Alignment Cues Decoded: “Microbend Your Knees”
Originally posted by Yoga Journal on November 6, 2014
I realized not long ago that most yoga students understand little about why teachers do and say what they do in a class. I was acting a little like the Wizard of Oz, making demands from behind an all-knowing curtain, with no explanation as to why. But there really is a method behind what might sometimes seem like madness. This series aims to pull back the curtain and expose what goes on in a yoga teacher’s head.
“If you hyperextend, microbend your knees.”
It’s an infamous instruction that confuses new and seasoned practitioners alike. The first problem with it is that most students have no idea if they even hyperextend their knees or not (unless they were dancers or gymnasts or have taken a teacher training).
How do I know if I hyperextend?
Hyperextension is the anatomical ability to take a joint past it’s normal limits of mobility. It’s something your body simply does or doesn’t do, based on how you’re put together. The knee is a condyloid joint, it moves in three different ways. It flexes (bends), extends (straightens), and has a limited amount of rotation available in certain positions. Hyperextension of the knee is when it can extendbeyond straight. Sit with your legs straight out in front of you on the floor and press your knees as straight as you can. If your heels lift off of the floor, they hyperextend.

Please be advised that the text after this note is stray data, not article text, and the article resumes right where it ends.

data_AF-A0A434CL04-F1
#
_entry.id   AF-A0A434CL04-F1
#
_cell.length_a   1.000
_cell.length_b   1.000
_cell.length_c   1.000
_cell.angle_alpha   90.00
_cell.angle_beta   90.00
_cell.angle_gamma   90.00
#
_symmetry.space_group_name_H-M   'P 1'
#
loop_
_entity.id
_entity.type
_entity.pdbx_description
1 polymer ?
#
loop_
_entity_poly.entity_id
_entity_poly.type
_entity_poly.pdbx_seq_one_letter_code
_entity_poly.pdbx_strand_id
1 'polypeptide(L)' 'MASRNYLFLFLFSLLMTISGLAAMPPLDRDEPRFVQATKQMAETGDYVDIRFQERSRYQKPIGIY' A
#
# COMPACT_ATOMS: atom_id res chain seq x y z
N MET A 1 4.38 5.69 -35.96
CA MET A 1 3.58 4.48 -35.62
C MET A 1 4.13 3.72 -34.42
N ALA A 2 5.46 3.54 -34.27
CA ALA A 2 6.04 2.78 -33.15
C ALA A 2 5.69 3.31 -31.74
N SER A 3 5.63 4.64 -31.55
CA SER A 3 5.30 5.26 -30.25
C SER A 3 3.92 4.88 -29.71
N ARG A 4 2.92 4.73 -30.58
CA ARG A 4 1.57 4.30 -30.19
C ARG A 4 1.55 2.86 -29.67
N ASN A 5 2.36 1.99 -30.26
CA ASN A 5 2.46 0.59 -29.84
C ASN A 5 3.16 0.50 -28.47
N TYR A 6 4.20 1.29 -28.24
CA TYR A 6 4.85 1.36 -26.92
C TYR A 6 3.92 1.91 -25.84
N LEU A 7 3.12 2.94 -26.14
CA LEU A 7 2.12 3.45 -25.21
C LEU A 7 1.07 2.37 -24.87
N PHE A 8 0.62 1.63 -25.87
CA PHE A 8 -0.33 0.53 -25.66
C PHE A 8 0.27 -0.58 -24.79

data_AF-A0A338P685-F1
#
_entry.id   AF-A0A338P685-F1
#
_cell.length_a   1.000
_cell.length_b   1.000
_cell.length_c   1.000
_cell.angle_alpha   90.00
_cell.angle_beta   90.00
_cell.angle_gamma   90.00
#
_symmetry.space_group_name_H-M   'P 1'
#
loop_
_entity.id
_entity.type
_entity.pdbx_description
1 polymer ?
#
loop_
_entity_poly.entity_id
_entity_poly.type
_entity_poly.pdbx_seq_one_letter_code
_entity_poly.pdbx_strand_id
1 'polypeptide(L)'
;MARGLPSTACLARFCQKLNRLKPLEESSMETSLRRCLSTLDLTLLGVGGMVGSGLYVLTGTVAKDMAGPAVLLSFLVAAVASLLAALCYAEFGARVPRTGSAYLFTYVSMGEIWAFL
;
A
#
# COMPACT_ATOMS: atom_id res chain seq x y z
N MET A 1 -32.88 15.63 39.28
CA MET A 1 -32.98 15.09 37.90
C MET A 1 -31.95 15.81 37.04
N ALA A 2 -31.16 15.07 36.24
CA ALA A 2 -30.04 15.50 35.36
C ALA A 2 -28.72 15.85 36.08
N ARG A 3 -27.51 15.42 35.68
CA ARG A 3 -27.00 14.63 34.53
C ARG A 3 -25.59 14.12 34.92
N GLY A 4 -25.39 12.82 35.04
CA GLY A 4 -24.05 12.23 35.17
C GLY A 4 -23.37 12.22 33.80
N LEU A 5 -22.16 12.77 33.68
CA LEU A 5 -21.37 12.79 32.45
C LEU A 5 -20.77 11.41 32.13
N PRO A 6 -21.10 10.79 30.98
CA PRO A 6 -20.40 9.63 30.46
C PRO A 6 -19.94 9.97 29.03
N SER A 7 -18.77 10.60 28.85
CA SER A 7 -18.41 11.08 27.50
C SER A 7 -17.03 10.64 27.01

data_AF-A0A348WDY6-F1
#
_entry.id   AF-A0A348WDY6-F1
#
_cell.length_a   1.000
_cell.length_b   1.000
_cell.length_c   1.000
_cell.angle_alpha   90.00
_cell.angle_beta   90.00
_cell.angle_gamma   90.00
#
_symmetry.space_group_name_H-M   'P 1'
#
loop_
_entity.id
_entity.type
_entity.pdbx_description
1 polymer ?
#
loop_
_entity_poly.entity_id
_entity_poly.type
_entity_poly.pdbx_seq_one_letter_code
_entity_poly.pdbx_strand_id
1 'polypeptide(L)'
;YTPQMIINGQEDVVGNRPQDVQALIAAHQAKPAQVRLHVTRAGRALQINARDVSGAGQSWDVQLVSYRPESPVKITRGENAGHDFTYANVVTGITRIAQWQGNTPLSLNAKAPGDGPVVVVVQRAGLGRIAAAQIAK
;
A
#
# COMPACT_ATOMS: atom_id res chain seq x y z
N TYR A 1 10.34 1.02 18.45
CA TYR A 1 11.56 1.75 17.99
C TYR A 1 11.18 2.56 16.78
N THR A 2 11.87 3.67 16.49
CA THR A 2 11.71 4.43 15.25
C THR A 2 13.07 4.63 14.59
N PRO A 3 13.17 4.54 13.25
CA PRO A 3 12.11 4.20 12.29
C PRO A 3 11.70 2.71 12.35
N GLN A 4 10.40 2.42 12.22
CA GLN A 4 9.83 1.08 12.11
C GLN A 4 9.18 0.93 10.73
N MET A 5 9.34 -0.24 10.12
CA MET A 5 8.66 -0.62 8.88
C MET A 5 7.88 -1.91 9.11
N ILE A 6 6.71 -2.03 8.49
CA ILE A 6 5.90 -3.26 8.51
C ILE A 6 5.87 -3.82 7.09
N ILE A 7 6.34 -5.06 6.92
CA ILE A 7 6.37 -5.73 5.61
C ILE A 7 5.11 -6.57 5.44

The second problem with this cue is that those who do hyperextend and know it, often don’t solve the issue simply by slackening their knee joint. “Microbend” simply doesn’t teach the efforts required to keep everything safe and working.
What Your Teacher Could Say…
“Straighten your knees. Now engage the muscles at the back of your leg as if you’re trying to bend your knee slightly, as you firm the muscles above your kneecap to keep your knee straight.”
Hyperextenders must learn to contract their hamstrings and calf muscles (which bend the knee) enough to straighten it and then maintain that effort while using the quadriceps to keep the knee straight. It’s as if you’re letting the muscles that bend and straighten the knee duke it out in a fist fight. But neither wins. It’s a stalemate, and the knee stays straight and supported from both sides. No matter your level of flexibility, you can benefit from that stability.
To keep reading visit YogaJournal.com